AJC: What are the conversations, if any, that you have with a lot of these traditional southern quilters?
McCannon: My conversation basically is that there's room for all of us. I love people who do traditional quilting because to me, it's another art form. Particularly men and women who take all those little teeny pieces and actually sew them up into something beautiful. That's fantastic. But I can't do that. If I know what something is going to look like before I finish it, I won't even start it. Because it kills the fun for me. The whole fun in my world is coming up with a very vague idea of something I want to say, laying out a piece of fabric, and then beginning to compile things to go on it. I have no idea what it's gonna look like, but I have to have confidence that it's gonna come out alright. Whether it be next week, next year, or whenever I finish it. But that's how I work. Like jazz, improvisation.
This improvisational approach also creates room for serendipity. After leaving one piece featuring women and music partially finished for months, inspiration struck.
McCannon: And so I took the piece out and I laid it on the table and then I started adding things. I said "Oh, I like this, it's time now."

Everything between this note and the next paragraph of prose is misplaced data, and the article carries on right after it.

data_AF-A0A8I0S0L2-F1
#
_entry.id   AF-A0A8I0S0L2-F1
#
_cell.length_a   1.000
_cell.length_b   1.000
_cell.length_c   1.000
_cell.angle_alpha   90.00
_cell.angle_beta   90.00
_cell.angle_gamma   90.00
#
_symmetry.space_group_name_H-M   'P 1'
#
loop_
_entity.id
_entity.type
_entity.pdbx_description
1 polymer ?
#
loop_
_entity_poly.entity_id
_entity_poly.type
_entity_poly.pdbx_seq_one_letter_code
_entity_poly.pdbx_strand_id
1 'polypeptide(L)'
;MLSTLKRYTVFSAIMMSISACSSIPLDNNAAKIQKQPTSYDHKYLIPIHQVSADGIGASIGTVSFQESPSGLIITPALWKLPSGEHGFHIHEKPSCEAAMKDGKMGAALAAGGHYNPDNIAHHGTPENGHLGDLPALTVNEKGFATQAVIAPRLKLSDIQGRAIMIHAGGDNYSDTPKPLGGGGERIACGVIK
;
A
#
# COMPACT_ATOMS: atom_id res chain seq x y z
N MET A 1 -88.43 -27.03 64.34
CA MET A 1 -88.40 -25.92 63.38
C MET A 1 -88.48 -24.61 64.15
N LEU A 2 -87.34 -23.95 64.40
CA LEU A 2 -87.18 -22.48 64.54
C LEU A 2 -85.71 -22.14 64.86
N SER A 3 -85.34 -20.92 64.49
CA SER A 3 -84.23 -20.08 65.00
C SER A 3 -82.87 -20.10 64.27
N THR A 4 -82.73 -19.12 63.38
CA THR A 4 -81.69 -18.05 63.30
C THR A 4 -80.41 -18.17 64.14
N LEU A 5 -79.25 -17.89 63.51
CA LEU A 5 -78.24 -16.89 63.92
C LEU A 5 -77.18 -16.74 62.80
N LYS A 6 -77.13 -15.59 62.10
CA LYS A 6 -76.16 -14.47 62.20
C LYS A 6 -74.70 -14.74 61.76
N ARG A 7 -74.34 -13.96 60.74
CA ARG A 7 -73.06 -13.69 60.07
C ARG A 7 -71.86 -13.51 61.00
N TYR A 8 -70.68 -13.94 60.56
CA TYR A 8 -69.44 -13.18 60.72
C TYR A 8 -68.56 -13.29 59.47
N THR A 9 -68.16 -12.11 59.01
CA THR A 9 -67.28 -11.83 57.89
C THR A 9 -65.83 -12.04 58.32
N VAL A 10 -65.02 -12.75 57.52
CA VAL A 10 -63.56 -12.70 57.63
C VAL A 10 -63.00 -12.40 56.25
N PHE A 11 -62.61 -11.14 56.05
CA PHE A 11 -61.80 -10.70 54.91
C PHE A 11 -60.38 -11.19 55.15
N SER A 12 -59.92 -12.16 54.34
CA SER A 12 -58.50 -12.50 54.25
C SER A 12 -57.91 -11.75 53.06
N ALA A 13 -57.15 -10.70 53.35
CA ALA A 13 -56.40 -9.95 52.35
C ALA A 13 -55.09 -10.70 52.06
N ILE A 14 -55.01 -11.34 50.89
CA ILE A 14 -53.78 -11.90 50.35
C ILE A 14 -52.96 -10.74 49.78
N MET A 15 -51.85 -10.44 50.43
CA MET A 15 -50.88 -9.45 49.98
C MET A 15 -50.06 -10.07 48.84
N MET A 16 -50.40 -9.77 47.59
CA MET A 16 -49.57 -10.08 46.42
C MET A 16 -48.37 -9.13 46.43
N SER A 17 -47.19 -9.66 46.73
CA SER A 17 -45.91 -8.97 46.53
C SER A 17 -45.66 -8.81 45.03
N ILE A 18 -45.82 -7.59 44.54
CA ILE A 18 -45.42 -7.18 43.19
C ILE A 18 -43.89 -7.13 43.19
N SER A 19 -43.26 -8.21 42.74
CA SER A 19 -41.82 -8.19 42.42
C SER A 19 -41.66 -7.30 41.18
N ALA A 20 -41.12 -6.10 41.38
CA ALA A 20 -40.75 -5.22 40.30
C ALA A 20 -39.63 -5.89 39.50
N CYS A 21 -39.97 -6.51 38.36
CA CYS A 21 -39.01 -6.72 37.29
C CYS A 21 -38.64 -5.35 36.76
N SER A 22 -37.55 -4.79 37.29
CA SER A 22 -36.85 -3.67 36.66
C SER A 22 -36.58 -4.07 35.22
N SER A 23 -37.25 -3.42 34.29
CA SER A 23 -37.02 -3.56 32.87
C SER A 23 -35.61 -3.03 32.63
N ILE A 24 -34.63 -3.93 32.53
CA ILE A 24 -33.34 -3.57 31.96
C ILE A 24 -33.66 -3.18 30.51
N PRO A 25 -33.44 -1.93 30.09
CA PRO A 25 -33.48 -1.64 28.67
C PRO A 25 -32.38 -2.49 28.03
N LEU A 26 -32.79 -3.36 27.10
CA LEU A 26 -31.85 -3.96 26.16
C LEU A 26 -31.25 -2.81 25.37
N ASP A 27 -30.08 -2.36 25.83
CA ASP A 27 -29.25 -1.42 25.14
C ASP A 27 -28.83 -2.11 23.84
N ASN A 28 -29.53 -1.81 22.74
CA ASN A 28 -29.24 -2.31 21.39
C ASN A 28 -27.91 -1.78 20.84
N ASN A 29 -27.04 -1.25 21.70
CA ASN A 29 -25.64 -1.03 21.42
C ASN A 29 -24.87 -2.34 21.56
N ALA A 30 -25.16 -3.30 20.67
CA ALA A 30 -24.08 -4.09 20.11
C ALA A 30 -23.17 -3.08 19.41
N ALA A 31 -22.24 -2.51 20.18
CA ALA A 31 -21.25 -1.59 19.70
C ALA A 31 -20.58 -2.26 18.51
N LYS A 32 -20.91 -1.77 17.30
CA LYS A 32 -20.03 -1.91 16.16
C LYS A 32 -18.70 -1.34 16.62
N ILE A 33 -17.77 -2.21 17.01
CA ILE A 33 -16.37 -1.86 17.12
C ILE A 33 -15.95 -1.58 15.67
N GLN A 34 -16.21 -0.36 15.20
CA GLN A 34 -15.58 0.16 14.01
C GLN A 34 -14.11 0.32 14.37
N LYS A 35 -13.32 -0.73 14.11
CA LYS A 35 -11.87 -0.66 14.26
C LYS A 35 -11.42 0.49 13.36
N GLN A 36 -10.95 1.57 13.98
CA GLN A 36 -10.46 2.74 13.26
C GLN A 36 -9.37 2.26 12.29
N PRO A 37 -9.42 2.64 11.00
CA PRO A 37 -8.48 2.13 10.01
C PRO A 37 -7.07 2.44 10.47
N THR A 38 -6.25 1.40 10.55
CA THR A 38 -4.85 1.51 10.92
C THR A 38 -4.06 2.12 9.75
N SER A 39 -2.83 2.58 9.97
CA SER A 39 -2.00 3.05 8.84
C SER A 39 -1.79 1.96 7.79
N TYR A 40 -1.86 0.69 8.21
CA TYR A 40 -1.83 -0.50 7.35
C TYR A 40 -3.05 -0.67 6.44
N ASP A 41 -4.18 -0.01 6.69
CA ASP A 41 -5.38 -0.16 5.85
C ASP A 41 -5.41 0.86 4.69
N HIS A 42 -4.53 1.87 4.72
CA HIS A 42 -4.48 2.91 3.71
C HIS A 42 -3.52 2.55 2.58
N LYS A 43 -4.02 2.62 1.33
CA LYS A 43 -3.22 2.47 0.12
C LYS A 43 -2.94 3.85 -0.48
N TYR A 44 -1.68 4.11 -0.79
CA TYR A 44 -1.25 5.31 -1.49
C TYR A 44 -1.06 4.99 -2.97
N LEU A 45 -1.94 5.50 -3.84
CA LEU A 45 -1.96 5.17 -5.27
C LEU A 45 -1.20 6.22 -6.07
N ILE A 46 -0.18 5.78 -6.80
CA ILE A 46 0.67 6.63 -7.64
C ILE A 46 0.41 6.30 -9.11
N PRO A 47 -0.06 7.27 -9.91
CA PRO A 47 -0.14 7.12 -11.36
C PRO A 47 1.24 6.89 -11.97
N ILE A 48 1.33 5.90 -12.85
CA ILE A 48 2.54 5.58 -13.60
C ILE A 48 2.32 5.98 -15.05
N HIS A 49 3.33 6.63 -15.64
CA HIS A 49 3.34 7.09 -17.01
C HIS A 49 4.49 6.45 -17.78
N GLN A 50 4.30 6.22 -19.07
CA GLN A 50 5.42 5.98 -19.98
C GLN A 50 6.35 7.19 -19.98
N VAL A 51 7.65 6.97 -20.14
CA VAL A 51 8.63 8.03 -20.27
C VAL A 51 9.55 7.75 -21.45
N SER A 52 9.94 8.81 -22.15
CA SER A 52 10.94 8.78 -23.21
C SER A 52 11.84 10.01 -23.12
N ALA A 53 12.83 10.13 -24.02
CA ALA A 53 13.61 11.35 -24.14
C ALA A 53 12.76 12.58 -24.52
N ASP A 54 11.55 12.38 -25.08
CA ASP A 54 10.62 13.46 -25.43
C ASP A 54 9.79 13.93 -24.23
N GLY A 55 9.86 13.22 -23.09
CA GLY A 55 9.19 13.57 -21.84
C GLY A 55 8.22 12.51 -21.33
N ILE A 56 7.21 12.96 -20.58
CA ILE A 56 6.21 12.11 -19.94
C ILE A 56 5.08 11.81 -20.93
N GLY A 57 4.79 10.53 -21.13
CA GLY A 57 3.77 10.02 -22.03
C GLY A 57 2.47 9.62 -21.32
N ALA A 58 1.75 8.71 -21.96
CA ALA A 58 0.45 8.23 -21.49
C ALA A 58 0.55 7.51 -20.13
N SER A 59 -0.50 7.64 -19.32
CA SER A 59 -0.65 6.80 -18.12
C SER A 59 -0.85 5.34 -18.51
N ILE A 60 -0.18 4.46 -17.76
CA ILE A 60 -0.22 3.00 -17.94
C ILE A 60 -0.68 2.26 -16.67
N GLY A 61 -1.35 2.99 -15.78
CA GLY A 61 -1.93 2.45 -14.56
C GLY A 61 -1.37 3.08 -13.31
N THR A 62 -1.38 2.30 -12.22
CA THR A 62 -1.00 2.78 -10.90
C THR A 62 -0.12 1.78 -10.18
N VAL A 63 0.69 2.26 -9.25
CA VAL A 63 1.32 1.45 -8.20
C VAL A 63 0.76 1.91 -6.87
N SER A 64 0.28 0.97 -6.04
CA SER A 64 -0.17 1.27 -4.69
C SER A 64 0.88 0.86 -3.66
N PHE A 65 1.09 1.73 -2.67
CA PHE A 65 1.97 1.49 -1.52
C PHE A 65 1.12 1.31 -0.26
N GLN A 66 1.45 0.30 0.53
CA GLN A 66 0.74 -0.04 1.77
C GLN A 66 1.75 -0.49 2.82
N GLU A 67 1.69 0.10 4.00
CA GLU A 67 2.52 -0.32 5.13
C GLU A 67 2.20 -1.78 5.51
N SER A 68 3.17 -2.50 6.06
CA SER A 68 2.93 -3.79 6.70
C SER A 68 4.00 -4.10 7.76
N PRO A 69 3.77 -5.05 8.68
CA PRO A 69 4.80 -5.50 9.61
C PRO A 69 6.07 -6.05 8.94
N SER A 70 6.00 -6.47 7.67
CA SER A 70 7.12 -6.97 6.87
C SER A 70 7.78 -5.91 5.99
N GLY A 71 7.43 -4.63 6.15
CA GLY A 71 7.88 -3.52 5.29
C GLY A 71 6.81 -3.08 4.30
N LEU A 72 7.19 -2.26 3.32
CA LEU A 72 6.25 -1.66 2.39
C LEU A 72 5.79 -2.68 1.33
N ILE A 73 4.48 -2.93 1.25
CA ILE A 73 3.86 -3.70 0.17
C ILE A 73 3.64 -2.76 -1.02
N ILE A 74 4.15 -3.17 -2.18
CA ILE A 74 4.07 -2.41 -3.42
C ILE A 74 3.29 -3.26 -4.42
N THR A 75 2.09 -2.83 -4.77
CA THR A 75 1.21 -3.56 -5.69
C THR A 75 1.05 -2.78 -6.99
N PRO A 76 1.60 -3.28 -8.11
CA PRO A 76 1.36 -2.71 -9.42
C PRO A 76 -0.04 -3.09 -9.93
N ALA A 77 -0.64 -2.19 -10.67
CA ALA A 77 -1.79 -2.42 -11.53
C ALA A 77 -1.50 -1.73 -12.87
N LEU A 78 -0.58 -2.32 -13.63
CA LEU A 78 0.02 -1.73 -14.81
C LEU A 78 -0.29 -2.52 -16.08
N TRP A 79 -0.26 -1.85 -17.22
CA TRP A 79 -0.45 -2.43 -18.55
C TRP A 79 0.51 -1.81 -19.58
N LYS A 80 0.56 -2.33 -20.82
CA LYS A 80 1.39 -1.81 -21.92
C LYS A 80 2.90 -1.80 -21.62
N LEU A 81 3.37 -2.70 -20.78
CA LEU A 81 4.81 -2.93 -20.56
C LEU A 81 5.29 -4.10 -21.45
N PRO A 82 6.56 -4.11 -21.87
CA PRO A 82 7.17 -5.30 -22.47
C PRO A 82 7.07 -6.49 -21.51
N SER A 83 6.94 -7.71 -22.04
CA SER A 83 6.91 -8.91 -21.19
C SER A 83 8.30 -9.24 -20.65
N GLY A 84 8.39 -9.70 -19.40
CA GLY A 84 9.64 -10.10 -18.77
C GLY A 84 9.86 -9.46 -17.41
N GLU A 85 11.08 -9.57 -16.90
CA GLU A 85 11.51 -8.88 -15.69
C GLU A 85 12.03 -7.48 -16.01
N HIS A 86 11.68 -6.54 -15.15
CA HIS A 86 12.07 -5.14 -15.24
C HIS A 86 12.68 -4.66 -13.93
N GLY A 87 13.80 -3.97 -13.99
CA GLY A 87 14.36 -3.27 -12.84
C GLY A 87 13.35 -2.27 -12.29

AJC: What's the feeling of rightness? How do you know it's right?
McCannon: You don't until you set everything down and then like for example, this piece, the major figure is a woman with a baton. And then around it I had put originally paper names of women who were composers. And then as I look at it, I said "Oh, I've got beads." And "Oh, rhinestones." The materials are beginning to say :use me, use me! You know you want me, I'm in that box over there. Been sitting there too long, come get me.: And I'll go get the box and start to play around with things and it all kind of works out. I just find it interesting that in the history, particularly of America, how a lot of art forms, the doors have been closed to women. But also throughout that history, there are women who are always kicking the door. "Open up, I can do this, I can do this!" And I love these women because I feel that because they existed and because they fought to do whatever art form it was, it made it possible for me in the 60s to say "I want to be an artist" and not be put in a nuthouse.
AJC: Was there a plan and have you achieved what you set out to achieve?
McCannon: My plan was just to exist as an artist, so I've succeeded in that. There's about 20,000,000 things I haven't done yet.
AJC: You'll stop doing this when you can no longer do it?
McCannon: I'll stop doing this when I drop dead. And I hope to drop dead in the studio, busy.